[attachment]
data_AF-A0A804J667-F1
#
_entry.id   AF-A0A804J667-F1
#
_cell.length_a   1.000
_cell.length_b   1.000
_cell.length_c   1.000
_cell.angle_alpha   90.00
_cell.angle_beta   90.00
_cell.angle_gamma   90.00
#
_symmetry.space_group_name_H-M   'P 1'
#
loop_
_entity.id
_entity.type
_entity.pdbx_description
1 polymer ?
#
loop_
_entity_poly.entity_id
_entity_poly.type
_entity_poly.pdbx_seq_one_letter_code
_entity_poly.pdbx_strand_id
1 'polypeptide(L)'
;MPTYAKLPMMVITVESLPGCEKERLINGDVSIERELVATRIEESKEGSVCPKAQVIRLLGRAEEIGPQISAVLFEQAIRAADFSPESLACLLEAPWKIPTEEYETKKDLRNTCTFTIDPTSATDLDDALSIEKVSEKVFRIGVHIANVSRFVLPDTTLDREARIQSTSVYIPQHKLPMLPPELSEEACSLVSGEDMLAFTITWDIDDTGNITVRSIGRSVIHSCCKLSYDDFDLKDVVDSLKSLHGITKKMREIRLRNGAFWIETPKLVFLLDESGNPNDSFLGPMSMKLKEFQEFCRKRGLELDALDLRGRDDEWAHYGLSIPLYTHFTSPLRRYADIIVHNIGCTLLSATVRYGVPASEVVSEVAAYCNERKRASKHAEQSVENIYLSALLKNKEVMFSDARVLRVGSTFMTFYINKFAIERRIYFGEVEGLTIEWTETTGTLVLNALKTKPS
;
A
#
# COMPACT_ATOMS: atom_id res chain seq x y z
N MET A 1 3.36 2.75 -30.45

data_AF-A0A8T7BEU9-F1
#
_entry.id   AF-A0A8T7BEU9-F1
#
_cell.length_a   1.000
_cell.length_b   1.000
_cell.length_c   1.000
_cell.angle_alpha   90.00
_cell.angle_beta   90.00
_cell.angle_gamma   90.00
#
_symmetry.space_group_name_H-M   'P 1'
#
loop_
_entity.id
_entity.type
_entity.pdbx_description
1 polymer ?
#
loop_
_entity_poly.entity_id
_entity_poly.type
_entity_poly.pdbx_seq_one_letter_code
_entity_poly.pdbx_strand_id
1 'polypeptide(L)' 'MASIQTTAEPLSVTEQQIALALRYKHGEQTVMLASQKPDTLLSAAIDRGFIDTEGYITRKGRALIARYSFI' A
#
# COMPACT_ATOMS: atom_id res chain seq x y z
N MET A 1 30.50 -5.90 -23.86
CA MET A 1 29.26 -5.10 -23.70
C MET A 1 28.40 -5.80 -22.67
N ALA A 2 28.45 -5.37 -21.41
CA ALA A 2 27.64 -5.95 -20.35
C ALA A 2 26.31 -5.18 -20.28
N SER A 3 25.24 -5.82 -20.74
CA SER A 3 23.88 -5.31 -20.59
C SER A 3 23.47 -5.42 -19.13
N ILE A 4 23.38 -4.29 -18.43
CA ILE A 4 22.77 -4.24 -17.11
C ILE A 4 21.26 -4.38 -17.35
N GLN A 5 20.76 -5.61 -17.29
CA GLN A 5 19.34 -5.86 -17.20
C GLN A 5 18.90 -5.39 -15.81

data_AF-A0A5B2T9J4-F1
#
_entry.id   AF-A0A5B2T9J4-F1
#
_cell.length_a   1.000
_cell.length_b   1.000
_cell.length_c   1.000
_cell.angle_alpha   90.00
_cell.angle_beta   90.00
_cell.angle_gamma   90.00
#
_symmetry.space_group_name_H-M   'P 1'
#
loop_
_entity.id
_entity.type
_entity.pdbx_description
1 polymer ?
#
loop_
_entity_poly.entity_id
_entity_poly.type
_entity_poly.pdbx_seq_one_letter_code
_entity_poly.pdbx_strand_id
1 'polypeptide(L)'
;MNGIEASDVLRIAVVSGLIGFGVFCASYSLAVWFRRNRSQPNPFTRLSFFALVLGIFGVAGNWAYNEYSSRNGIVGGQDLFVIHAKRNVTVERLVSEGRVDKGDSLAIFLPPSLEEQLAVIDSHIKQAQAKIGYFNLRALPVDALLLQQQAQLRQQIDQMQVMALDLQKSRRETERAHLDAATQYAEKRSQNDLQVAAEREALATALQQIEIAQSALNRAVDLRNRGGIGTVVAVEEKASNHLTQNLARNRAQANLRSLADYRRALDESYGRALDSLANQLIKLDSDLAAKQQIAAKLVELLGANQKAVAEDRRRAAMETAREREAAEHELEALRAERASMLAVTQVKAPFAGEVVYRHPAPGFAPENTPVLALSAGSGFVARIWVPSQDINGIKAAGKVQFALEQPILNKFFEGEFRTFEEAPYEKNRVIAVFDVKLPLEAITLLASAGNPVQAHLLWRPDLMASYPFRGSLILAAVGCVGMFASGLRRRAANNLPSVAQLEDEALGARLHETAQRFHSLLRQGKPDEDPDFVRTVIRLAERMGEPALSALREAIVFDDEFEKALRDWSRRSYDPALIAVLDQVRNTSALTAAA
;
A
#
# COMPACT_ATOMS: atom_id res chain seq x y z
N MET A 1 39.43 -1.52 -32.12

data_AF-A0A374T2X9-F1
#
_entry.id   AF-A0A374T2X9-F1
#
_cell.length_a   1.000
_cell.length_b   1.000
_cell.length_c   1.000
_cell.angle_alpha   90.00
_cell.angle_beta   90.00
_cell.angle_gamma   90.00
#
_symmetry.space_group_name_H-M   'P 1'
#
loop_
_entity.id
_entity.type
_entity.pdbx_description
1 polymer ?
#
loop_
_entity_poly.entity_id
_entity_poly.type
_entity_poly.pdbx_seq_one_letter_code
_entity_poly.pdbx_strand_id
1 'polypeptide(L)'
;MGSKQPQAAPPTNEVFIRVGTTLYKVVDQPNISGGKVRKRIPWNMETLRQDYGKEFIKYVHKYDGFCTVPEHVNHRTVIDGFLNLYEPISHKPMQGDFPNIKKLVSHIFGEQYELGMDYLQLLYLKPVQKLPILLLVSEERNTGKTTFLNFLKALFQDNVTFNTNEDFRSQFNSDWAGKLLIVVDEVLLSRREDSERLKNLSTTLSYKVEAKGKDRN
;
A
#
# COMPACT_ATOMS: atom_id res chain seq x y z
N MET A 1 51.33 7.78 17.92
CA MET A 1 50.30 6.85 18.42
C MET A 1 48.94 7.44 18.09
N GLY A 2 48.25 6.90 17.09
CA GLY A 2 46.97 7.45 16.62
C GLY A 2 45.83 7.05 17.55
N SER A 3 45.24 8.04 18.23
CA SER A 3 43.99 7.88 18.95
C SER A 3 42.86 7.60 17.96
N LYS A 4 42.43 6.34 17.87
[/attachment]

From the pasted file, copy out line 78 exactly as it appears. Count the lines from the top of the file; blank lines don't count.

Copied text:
_cell.length_a   1.000